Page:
Utah Turf Insect Management
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Utah Turf Insect Management

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    Utah Turf Insect Management Utah Turf Insect Management Presentation Transcript

    • Turf T rf Insect Management: Billbugs, Sod Webworms, and White Grubs Diane Alston Utah State University Extension Utah Pest Control & Lawn Care Association Annual Convention February 12, 2009
    • Utah Pests is a great resource! ◘ Entomology & Plant Pathology resources from USU Extension ◘ see this talk again (and many more!) ◘ fact sheets, advisories, newsletters ◘ how to submit a sample to the UPPDL ◘ photo gallery, FAQ’s, etc. go to www.utahpests.usu.edu
    • Utah Pests On-line Resources www.utahpests.usu.edu
    • Integrated Pest Management IPM ◘ Plan ahead (use preventive strategies where possible) ibl ) ◘ Accurately identify problem ◘ Monitor regularly ◘ Treat only if needed (thresholds) ◘ Time treatments for “weak links” in pest life cycle ◘ Use multiple pest management tools • Cultural (Variety selection/Turf mgmt.) • Mechanical (Aeration/Thatch reduction) ( ) • Biological (Conserve beneficials/Use biologicals) • Chemical (Effective/Least toxic) ◘ Keep records ◘ Environmentally, economically, and socially sound
    • Proper Diagnosis! Most plant health problems are not caused by biotic factors (pests: insects, diseases), but by abiotic factors (irrigation, environment, culture & care) Lawn with dry area suggestive of sprinkler pattern problem
    • Identification of Insect Problems Identify type of injury: Chewed leaves Short stems Stems break easily Sawdust-like frass S d t lik f Look for presence of insect: Spongy turf “Turf roll back” Turf roll-back Fat caterpillars Predator digging Brown moths Small, legless grubs Large C-shaped grubs
    • Time Treatments for “Weak Links” in Insect Life Cycle White Grubs May & June Beetles Spring Summer Fall/Winter Lay eggs late spring to summer – small larvae present in early summer Pupate t 3” to 12” deep
    • Turf Cultural Care ◘ Good lawn care (fertilize, mow, aerate, (fertilize mow aerate irrigation) ◘ Increase mowing height ◘ Amend soil (add OM) ◘ Select more tolerant turf species & varieties ◘ De-thatch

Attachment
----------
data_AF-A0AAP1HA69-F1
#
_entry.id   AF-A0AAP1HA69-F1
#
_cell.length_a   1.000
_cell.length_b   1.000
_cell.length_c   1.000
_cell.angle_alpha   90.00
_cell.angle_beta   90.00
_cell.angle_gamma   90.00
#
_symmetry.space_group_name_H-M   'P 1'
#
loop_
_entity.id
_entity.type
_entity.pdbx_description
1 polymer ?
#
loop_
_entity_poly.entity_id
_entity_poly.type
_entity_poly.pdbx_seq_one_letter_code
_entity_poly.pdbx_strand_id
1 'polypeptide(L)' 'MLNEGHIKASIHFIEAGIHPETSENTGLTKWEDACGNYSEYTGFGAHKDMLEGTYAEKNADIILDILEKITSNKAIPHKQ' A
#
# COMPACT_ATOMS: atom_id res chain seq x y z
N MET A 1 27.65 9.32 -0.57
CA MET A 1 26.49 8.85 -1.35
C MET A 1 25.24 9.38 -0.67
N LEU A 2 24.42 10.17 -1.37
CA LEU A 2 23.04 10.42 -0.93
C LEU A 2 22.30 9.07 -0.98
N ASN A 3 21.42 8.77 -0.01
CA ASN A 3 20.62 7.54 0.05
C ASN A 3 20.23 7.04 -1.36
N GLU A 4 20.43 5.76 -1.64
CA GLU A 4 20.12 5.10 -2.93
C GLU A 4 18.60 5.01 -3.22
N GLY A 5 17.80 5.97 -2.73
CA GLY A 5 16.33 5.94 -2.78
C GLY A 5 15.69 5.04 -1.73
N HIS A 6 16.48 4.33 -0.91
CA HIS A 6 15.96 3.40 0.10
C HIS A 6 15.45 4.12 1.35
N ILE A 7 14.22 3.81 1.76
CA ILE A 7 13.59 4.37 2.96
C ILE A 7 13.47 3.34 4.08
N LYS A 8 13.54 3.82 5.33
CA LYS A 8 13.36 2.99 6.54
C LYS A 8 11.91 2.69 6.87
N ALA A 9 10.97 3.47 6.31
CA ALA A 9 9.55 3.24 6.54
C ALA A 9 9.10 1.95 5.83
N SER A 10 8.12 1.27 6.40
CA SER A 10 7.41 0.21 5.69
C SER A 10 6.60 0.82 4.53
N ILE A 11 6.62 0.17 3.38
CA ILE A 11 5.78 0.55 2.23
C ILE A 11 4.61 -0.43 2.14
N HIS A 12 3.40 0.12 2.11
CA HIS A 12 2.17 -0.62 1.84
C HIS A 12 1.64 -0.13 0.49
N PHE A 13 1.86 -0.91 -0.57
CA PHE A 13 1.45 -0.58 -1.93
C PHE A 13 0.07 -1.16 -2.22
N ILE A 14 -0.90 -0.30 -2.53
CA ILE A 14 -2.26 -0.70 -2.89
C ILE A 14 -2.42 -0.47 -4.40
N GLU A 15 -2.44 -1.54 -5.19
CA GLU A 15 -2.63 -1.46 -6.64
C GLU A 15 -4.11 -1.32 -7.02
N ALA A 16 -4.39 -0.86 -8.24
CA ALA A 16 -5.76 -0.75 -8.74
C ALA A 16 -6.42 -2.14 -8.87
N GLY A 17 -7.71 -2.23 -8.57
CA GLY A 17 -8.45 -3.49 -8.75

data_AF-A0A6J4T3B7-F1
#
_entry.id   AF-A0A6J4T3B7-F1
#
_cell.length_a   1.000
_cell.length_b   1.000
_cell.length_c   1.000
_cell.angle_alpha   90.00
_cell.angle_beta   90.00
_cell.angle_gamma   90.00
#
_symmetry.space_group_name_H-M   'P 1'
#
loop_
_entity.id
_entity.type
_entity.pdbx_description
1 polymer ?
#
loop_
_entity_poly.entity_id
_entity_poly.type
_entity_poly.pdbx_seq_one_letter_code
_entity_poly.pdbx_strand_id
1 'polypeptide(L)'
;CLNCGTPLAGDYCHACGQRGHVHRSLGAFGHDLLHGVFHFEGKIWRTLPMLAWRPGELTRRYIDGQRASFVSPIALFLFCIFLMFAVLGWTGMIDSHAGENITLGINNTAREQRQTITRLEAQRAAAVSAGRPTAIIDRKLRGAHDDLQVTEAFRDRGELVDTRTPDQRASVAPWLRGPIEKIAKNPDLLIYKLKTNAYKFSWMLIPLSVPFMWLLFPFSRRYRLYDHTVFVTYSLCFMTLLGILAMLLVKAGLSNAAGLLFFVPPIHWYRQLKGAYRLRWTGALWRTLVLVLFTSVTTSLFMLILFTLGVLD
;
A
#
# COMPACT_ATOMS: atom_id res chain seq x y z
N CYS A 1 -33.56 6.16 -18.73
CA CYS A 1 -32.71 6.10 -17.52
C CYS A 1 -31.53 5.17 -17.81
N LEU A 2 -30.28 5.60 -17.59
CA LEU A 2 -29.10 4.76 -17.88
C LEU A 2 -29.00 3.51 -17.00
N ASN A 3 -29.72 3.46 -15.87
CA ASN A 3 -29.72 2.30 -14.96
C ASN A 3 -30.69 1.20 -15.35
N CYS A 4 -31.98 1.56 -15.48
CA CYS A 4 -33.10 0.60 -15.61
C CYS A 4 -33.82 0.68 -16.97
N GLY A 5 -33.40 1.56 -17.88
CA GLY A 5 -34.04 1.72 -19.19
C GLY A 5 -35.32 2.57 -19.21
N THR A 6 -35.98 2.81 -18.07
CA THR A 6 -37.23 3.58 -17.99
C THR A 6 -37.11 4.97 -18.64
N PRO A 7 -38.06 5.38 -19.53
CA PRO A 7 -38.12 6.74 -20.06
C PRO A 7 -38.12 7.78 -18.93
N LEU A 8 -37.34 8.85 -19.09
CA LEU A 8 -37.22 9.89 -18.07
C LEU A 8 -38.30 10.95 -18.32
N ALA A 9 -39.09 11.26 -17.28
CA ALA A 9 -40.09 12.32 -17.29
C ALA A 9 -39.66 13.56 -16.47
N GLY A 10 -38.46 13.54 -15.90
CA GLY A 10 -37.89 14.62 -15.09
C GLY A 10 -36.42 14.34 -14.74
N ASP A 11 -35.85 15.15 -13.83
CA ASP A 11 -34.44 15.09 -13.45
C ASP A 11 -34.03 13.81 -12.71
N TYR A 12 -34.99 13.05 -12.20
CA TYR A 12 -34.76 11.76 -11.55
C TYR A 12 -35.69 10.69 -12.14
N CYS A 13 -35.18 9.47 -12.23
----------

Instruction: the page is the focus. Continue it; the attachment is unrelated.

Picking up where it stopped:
• Mechanical ◘ Thatch management Organic matter production exceeds decomposition ◙ Insulates soil temperature changes ◙ Can reduce cold and drought tolerances ◙ Can reduce penetration of water & pesticides ◙ > ½ in.
    • Aeration ◘ Consider if thatch >½˝ ˝ ◙ Soil should be moist, not saturated ◙ Turf should be actively growing (30 days after) • Spring/after Labor day • May require herbicide? ◙P Power raking ki • Slicing and lifting thatch ◙C Core aeration prevents accumulation ti t l ti
    • Water & Light ◘ Water management ◙ Water deeply and infrequently ◙ Stronger root system ◙ Avoid irrigation during egg-laying periods ◘ Light management ◙ White grub adults attracted to lights ◙ Damage under street lights/athletic fields ◙ Use sodium vapor/yellow lights
    • Turfgrass Variety Selection ◘ National Turfgrass Evaluation Program (NTEP) – Paul Johnson, USU ◘ Start with pest free sod pest-free ◘ Extensive root systems ◘ Endophyte-enhanced ◙ Perennial ryegrasses and fescues ◙ Best for leaf and stem attacking insects ◙ Some tolerance to billbugsg
    • Predators and Parasites ◘ Can reduce larvae (caterpillars, grubs) ◘ Unreliable efficacy ◘ Can cause concern to people Ground beetle Tiger beetle
    • Pathogens ◘ Bacteria, fungi, nematodes (entomopathogenic) g ◘ Commercially available ◘ May need multiple applications ◘ May need 3-5 years to see effects Nematode Fungus
    • Major Turf Pests ◘ Surface / Thatch ◘ Subsurface (root): Feeders (l f stem): Fd (leaf, t ) • May & June beetles • Armyworm • Black turfgrass Ataenius • Cutworm • Masked chafer • Sod webworm • Japanese beetle • Mites ◘ Surface / Crown Feeders (burrow into stem, stem crown): • Billbugs • Subterranean webworm
    • Billbug adults ◘ Weevils - snout beetle, elbowed antennae ◘ Wandering walkers - don’t fly g y ◘ Will “play dead” if disturbed
    • Billbugs in UT ◘ Bluegrass billbug g g ◘ Hunting billbug ◘ Denver billbug (Northern UT) Bluegrass billbug Denver billbug
    • Billbug larvae ◘ White, legless with brown head g capsule ◘ 1-2nd instars found just below crown 12 ◘ 3-4th instars found just under thatch
    • Billbug or grub?
    • Billbug life cycle ◘ 1 generation per year ◘ Overwinter as adults away from turf ◙ Mi Migrate b k t turf in spring t back to t f i i ◘ Some overwinter as larvae in turf ◘ Mate and lay eggs in the spring ◘ Feed all summer
    • Billbug damage ◘ Similar to drought-stressed turf ◘ Adults feed on stems ◘LLarvae feed on roots, crowns, stems fd t t
    • Turfgrass research Dr. Erin Hodgson, USU Extension Entomologist ◘ USU collaboration with P. Johnson/K Kopp P Johnson/K. Greenville Farm, Logan UT ◙ Define life history information for billbugs ◙ Describe population dynamics ◙ Refine sampling protocols ◙